Since the ELD Mandate came into effect on December 18th of last year, other than a few exceptions, heavy-duty vehicle drivers traveling in the United States must use Electronic Logging Devices, or ELDs. The law aims to ensure truck driver compliance with federal regulations on hours of service. To facilitate the transition from paper logs to this technology, the Federal Motor Carrier Safety Administration (FMCSA) had announced that authorities would be lenient until March 31, 2018.

Furthermore, during the transition period, authorities in US states were directed to use a specific violation code, 395.22(a), for ELD-related violations, one of the goals being to collect data on ELD usage for analysis.

ELD/AOBRD confusion

With the end of the transition period just around the corner, there is a pressing need to shed light on the confusion between ELD and AOBRD systems. According to FMCSA Division Chief Bill Mahorney and Transport Specialist La Tonya Mimms, gray areas still persist three months after the law came into effect.

Carriers with grandfathered AOBRD systems may continue to use this technology until December 16, 2019. Officers who are unfamiliar with the finer points of the regulation may not understand why AOBRDs do not need to transfer data electronically like ELDs do.

Mahorney states that FMCSA is currently training personnel to ensure proper understanding. He also suggests training drivers to assist in the situation. To limit confusion, drivers are asked to mention they use an AOBRD system from the get-go. Also, keeping documentation relating to the system at hand makes it easier to show authorities how it works.

What happens after April 1st?

Kerri Wirachowsky, Director of Roadside Inspection Program for the Commercial Vehicle Safety Alliance, has confirmed that authorities will begin strict enforcement of ELD regulations starting on April 1, 2018.

ELD-related violations will affect carrier CSA scores. Carriers with low CSA scores are more likely to be subject to FMCSA roadside inspections and intervention. The negative impact of poor safety records can also be detrimental to business opportunities.

Furthermore, noncompliant drivers may be pulled from service. Here are the reasons listed in the 2017 edition of the Commercial Vehicle Safety Alliance’s “Out-of-Service Criteria” handbook.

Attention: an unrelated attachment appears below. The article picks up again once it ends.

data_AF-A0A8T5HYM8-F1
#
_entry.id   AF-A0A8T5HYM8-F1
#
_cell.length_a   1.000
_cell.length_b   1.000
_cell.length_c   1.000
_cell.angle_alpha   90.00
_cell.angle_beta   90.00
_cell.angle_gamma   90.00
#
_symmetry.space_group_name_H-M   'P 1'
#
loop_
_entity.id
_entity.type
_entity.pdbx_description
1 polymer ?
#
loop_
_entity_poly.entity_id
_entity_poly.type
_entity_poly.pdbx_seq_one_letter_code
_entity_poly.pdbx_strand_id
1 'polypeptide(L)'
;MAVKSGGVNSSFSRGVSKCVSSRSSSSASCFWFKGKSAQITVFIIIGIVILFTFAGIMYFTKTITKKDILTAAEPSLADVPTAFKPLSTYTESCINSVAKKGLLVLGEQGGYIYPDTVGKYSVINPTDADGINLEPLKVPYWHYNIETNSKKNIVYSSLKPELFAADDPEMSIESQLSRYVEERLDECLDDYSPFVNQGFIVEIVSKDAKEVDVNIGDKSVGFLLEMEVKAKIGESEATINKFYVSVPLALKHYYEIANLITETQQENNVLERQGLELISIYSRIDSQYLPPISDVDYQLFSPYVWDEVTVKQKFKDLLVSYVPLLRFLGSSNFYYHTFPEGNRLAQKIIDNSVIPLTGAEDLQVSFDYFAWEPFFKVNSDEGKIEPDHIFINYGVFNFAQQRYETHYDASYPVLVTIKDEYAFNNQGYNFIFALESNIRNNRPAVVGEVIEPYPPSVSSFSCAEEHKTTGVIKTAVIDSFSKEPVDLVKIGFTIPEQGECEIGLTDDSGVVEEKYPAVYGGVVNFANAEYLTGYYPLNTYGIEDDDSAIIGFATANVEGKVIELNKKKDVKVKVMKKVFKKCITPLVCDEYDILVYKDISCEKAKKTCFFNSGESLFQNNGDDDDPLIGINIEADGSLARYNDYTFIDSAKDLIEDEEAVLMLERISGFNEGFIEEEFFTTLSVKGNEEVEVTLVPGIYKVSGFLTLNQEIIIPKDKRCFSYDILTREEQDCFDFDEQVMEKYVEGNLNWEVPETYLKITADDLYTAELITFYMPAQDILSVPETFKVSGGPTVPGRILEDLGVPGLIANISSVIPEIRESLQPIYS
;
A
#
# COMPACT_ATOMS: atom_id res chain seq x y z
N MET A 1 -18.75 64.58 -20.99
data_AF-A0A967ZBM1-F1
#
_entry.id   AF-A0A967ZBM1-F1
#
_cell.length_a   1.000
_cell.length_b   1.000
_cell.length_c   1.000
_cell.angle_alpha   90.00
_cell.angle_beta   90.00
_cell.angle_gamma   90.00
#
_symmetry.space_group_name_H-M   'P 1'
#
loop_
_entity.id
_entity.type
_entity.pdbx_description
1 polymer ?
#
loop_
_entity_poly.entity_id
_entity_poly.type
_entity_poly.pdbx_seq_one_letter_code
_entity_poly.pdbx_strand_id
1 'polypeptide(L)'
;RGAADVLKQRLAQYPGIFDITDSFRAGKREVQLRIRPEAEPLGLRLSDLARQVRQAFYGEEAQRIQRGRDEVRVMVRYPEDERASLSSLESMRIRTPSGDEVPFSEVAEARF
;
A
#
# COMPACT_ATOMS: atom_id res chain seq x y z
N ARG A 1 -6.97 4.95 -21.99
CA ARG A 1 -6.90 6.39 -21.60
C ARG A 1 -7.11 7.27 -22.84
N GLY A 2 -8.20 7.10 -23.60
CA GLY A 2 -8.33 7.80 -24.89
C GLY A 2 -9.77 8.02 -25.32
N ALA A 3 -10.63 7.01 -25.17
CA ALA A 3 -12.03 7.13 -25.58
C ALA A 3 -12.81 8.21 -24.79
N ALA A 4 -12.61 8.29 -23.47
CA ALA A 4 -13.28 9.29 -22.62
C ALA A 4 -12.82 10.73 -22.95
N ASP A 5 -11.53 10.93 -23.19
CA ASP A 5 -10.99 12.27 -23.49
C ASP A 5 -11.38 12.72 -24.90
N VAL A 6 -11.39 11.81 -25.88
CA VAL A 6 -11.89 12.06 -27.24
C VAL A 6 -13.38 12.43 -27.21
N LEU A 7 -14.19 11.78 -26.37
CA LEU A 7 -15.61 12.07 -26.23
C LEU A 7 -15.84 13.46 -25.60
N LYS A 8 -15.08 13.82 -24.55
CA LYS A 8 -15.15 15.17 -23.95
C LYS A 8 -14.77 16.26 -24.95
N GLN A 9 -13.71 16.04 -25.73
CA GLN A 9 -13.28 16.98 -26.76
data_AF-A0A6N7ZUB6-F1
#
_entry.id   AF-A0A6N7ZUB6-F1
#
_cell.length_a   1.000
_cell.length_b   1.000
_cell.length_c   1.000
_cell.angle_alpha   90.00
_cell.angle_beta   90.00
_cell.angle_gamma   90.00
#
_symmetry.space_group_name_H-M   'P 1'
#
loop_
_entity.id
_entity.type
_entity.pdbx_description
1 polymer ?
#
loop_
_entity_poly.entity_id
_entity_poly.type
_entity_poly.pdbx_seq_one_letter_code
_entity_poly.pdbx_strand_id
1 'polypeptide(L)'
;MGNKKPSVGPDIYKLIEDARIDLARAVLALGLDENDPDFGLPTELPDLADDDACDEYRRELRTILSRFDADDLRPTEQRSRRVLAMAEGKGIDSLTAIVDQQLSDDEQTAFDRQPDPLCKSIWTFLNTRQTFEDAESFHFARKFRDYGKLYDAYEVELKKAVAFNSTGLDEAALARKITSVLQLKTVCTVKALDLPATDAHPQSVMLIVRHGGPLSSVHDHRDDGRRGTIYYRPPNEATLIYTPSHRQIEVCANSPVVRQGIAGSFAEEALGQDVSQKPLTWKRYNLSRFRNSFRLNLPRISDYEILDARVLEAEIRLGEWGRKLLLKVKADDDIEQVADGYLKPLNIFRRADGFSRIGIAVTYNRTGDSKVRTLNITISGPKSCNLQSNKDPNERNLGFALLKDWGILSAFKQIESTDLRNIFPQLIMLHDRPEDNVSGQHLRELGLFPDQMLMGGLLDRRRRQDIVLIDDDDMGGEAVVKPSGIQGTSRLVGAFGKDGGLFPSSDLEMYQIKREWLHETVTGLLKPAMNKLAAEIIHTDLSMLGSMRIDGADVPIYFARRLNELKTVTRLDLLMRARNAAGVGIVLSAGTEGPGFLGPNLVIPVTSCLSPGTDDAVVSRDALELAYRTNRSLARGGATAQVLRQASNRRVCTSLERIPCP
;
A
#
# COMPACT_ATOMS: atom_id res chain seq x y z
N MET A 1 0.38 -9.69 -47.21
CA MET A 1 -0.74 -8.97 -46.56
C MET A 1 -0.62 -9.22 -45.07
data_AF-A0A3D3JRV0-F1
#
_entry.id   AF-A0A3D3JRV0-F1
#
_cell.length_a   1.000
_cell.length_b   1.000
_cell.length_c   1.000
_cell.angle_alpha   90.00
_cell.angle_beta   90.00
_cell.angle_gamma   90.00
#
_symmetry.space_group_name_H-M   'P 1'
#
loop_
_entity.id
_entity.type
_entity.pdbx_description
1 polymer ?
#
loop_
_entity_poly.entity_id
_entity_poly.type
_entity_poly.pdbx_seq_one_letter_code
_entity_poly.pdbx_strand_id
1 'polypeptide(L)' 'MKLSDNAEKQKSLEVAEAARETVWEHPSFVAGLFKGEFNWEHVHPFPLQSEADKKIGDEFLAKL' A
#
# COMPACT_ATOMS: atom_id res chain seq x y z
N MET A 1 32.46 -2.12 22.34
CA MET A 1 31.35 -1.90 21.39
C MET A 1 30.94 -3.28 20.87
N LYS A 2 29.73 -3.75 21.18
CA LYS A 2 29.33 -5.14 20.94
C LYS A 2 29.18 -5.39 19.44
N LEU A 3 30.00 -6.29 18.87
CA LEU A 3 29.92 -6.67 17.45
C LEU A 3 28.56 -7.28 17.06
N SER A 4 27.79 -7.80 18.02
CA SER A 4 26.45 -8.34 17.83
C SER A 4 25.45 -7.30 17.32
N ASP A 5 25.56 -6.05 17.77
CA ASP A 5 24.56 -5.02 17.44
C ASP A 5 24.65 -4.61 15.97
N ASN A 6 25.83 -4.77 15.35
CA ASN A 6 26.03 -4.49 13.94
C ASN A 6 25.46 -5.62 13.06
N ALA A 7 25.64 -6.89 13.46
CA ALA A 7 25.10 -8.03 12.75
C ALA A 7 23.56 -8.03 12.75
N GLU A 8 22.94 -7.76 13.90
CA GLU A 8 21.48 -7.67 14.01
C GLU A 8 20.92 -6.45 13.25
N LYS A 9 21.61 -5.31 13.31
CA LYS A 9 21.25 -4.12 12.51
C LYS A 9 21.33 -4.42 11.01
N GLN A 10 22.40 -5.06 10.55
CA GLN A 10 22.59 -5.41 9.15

Reasons for which a driver may be rendered out of service:

  • Use of an ELD not registered with the FMCSA

  • Driver under the obligation to use an ELD, but the truck is not equipped with one (unless grandfathered and using an Automatic On-Board Recording Device, or AOBRD)

  • Inability to produce and either electronically transfer ELD data to an officer, display data on screen, or print data

  • Driver indicating use of a special driving category that does not apply (considered falsified information)

How to ensure compliance

Some documents must be accessible to authorities to ensure compliance with the regulation. An electronic version on a tablet is accepted and even recommended to centralize information. It eliminates the risk of losing an important document. The law requires the following documents:

  • An ELD user guide to explain how the system works

  • An instruction sheet that describes how the ELD system’s data transfer works and contains instructions on how to produce and transfer hours-of-service data for authorities

  • An instruction sheet describing ELD malfunction reporting requirements and recordkeeping procedures during ELD malfunctions

The ISAAC solution supports AOBRD systems for customers who owned this technology prior to the ELD Mandate coming into effect. ISAAC also offers a compliant, reliable ELD solution, authorized by the FMCSA. If you want to know how ISAAC can help you keep your truck fleet compliant, contact us or request a meeting.


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